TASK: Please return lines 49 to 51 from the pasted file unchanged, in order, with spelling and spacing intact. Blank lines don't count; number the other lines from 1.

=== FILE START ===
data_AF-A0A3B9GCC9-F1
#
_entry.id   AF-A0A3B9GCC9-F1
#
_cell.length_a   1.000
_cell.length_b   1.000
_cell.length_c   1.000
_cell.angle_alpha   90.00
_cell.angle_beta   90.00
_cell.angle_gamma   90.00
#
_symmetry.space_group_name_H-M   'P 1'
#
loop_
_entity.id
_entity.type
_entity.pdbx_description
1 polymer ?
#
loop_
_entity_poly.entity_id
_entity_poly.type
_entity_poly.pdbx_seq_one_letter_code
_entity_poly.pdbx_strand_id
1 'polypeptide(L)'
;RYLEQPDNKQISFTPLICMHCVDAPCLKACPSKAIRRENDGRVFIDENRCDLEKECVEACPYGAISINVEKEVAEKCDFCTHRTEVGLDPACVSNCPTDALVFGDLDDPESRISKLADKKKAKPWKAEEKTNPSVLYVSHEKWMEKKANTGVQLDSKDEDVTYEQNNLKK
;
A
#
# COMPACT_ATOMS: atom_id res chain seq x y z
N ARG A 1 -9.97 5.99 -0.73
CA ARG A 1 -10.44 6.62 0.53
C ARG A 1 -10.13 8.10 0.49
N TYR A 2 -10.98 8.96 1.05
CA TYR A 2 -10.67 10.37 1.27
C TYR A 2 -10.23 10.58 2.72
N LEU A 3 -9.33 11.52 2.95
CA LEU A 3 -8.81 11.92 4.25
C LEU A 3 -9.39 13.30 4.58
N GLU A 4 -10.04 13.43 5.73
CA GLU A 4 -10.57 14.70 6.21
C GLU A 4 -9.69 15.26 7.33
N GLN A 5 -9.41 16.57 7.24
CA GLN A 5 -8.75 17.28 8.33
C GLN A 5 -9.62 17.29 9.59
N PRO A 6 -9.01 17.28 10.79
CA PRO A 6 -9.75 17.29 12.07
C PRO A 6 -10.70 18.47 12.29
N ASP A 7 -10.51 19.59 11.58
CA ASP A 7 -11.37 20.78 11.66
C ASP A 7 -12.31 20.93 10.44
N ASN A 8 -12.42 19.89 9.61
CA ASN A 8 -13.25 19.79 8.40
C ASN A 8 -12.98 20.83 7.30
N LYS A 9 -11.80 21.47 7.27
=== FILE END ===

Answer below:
N ASP A 7 -10.51 19.59 11.58
CA ASP A 7 -11.37 20.78 11.66
C ASP A 7 -12.31 20.93 10.44